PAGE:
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Published: 09:19, June 24, 2022 | Updated: 09:20, June 24, 2022
Treasures in focus
By China Daily
Published:09:19, June 24, 2022 Updated:09:20, June 24, 2022 By China Daily

A docent shows visitors a dragon robe worn by Qing Dynasty Emperor Qianlong. (ANDY CHONG / CHINA DAILY)

The Hong Kong Palace Museum will open to the public on July 2. Through the lens of China Daily’s photographers, we travel back in time to take a glimpse of what life was like inside the Forbidden City hundreds of years ago, and get a close-up look at the exquisite craftsmanship and elegant aesthetics of the precious treasures, on loan from the Palace Museum in Beijing.

A visitor admires a white glazed baby pillow from the Ding Kiln in the Northern Song Dynasty (960-1127) during the media preview of the Hong Kong Palace Museum. (CALVIN NG / CHINA DAILY)

Three atriums connect the different floors of the museum vertically, referencing the horizontal spatial configuration along the central axis of the Forbidden City. (ZHOU HONG / CHINA DAILY)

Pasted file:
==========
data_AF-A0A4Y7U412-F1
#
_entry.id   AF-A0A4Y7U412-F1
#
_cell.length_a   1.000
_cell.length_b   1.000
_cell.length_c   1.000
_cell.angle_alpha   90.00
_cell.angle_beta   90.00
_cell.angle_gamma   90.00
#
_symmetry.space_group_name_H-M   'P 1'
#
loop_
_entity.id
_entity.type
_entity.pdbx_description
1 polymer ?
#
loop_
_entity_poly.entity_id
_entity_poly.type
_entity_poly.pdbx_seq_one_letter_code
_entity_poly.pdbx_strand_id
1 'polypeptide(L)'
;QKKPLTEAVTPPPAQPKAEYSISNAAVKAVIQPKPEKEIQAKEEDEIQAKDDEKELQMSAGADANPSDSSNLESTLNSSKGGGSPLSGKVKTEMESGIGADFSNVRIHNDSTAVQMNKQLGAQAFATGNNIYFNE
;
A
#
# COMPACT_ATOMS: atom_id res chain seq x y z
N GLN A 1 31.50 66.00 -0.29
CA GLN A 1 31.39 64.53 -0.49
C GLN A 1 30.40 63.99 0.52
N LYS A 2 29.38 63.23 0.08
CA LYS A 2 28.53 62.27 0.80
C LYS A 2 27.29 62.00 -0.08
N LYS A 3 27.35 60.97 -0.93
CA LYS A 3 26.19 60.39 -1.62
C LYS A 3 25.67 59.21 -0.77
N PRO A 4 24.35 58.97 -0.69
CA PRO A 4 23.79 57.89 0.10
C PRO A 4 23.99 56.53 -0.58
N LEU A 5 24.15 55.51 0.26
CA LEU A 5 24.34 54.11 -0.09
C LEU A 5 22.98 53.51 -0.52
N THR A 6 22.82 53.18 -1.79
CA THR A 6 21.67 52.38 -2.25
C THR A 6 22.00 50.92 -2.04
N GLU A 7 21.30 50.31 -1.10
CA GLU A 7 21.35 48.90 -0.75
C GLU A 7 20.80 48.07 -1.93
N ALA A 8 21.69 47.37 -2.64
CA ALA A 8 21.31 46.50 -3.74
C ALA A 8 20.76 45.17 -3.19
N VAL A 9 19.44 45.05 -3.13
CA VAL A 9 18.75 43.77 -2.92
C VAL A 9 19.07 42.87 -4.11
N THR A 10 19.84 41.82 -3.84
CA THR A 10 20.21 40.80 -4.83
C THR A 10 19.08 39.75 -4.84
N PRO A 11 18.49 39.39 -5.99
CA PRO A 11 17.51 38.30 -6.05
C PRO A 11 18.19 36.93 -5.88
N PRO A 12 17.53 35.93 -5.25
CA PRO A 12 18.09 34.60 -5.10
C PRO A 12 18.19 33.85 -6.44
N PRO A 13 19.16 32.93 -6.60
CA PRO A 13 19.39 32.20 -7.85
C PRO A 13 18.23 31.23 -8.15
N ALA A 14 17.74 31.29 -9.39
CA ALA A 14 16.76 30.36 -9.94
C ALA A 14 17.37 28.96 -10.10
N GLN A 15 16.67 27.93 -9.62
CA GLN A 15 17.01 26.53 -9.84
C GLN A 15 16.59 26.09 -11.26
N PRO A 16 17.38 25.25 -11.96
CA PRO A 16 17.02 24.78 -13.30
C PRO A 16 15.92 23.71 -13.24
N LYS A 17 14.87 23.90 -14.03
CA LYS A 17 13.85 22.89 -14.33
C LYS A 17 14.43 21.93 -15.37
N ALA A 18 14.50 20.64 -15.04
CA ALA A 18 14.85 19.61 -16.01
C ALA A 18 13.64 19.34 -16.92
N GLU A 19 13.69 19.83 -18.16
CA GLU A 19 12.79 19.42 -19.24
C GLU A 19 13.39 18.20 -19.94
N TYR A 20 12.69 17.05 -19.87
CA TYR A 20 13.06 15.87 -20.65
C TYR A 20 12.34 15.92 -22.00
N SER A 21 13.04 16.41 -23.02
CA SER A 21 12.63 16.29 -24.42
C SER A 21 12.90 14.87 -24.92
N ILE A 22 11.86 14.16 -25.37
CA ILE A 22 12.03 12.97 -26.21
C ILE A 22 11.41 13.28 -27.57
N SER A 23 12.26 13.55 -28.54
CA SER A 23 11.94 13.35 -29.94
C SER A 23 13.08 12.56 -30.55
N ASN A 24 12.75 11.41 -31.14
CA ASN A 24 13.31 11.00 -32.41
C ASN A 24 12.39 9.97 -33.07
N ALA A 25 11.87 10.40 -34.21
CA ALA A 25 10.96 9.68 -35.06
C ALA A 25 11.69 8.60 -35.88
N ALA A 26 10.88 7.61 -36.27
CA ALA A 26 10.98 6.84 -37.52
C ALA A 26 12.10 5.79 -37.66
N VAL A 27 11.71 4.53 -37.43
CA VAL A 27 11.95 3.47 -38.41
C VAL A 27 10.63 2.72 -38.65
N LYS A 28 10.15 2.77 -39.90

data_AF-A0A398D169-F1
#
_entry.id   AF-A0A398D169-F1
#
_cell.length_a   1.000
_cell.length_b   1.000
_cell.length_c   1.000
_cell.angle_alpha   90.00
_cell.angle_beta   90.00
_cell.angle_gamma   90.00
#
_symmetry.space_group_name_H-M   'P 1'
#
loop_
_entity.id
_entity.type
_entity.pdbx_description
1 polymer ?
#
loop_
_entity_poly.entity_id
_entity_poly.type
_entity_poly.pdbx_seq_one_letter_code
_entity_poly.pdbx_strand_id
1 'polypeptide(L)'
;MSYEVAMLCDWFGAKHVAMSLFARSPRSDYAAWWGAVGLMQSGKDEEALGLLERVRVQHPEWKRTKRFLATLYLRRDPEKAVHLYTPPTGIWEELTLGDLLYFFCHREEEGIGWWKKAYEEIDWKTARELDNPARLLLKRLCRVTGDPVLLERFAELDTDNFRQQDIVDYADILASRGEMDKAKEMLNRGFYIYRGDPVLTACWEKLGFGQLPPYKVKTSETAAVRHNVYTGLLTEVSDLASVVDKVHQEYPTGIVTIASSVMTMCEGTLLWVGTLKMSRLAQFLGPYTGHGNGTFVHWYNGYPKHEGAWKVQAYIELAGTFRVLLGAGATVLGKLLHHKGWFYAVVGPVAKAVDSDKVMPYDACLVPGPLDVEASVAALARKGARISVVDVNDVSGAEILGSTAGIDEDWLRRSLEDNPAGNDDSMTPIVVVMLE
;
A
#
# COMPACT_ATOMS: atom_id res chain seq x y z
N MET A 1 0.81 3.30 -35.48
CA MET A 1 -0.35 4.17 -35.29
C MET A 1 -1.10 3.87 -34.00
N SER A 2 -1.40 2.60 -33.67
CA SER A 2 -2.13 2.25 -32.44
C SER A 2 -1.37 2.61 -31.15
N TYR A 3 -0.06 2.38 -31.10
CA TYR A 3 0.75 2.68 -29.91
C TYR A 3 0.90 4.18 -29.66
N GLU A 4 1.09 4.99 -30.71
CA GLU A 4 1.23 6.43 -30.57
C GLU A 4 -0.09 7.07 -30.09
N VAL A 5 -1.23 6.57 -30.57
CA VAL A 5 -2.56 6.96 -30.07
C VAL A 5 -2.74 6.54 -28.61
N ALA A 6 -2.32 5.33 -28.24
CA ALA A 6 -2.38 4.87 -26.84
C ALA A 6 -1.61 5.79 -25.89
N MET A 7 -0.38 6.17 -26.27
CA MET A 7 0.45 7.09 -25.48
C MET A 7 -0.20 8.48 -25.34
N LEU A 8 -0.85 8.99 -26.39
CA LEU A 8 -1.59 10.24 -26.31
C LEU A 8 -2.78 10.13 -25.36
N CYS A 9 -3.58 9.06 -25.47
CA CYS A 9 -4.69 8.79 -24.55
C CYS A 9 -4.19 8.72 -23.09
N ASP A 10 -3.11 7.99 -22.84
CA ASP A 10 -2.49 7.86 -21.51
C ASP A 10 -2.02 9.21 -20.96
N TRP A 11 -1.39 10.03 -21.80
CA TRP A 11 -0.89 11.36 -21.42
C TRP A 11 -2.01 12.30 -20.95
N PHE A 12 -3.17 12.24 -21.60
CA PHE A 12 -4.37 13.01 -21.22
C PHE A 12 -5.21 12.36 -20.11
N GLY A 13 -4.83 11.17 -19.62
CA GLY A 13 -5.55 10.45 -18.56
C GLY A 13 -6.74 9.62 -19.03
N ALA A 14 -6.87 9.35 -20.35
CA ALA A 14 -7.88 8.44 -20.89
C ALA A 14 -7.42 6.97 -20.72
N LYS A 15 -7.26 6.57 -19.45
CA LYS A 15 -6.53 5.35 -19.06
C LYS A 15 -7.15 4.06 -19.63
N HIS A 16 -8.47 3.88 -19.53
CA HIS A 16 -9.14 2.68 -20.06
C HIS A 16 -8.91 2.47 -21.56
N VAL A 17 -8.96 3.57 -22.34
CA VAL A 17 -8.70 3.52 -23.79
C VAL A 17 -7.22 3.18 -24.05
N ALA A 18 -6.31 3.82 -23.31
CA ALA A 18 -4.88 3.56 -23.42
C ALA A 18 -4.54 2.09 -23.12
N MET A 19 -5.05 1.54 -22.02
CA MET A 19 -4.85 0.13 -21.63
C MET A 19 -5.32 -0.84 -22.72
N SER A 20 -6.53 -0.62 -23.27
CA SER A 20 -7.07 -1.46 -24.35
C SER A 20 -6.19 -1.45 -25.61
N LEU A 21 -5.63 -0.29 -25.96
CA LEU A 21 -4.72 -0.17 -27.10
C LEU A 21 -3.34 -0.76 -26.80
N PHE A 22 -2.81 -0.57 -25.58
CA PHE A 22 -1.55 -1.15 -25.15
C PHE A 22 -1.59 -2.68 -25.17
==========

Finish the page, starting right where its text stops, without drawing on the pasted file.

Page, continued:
An emperor’s seal with a coiling dragon and box from the Qing Dynasty (1644-1911) is displayed during the media preview. (ANDY CHONG / CHINA DAILY)

A visitor takes a photo of an ancient painting, part of the museum’s From Dawn to Dusk: Life in the Forbidden City exhibition. (ANDY CHONG / CHINA DAILY)

Visitors admire chrysanthemum-shaped dishes from the Qing Dynasty. (CALVIN NG / CHINA DAILY)

A sound installation named A Grandiose Fanfare by Gaybird, an artist based in Hong Kong. For this exhibition, the museum has invited six Hong Kong-based multimedia and interdisciplinary artists to create new works that interpret the art and culture of the Forbidden City from a fresh perspective. (ZHOU HONG / CHINA DAILY)

A visitors examines exhibits on display during the media preview at the Palace Museum. (ANDY CHONG / CHINA DAILY)

Designed by Rocco Design Architects Associates Limited, the Hong Kong Palace Museum is a fresh and contemporary interpretation of traditional aesthetics, drawing inspiration from Chinese art and architecture, as well as Hong Kong’s urban environment. (CALVIN NG / CHINA DAILY)

Imperial ritual vessels and a pair of elephant sculptures with vases from the Qing Dynasty are displayed in the museum. (ANDY CHONG / CHINA DAILY)

Imperial ritual vessels and a pair of elephant sculptures with vases from the Qing Dynasty are displayed in the museum. (ANDY CHONG / CHINA DAILY)


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